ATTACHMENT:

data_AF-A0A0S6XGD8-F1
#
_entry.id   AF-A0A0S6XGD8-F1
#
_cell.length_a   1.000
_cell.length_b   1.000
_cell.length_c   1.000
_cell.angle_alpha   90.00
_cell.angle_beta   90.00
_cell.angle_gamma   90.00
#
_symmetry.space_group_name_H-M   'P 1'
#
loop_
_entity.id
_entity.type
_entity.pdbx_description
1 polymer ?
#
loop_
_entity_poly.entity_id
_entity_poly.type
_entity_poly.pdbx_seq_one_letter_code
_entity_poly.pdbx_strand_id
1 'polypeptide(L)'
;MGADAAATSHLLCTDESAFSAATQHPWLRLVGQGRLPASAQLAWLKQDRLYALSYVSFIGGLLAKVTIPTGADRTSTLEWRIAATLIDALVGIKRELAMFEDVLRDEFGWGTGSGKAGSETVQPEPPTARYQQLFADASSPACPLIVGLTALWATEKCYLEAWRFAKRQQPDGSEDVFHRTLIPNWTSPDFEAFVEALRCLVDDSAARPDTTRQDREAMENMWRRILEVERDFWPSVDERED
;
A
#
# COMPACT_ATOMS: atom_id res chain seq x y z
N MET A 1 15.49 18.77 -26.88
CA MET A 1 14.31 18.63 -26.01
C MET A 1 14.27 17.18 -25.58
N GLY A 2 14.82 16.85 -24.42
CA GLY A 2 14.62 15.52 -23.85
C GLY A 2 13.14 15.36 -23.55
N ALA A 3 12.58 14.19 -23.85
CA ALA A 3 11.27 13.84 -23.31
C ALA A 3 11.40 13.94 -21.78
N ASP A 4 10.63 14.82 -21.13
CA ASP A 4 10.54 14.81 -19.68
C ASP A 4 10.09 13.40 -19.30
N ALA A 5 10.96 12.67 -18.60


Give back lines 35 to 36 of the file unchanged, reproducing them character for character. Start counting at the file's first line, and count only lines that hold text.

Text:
CA GLY A 2 14.62 15.52 -23.85
C GLY A 2 13.14 15.36 -23.55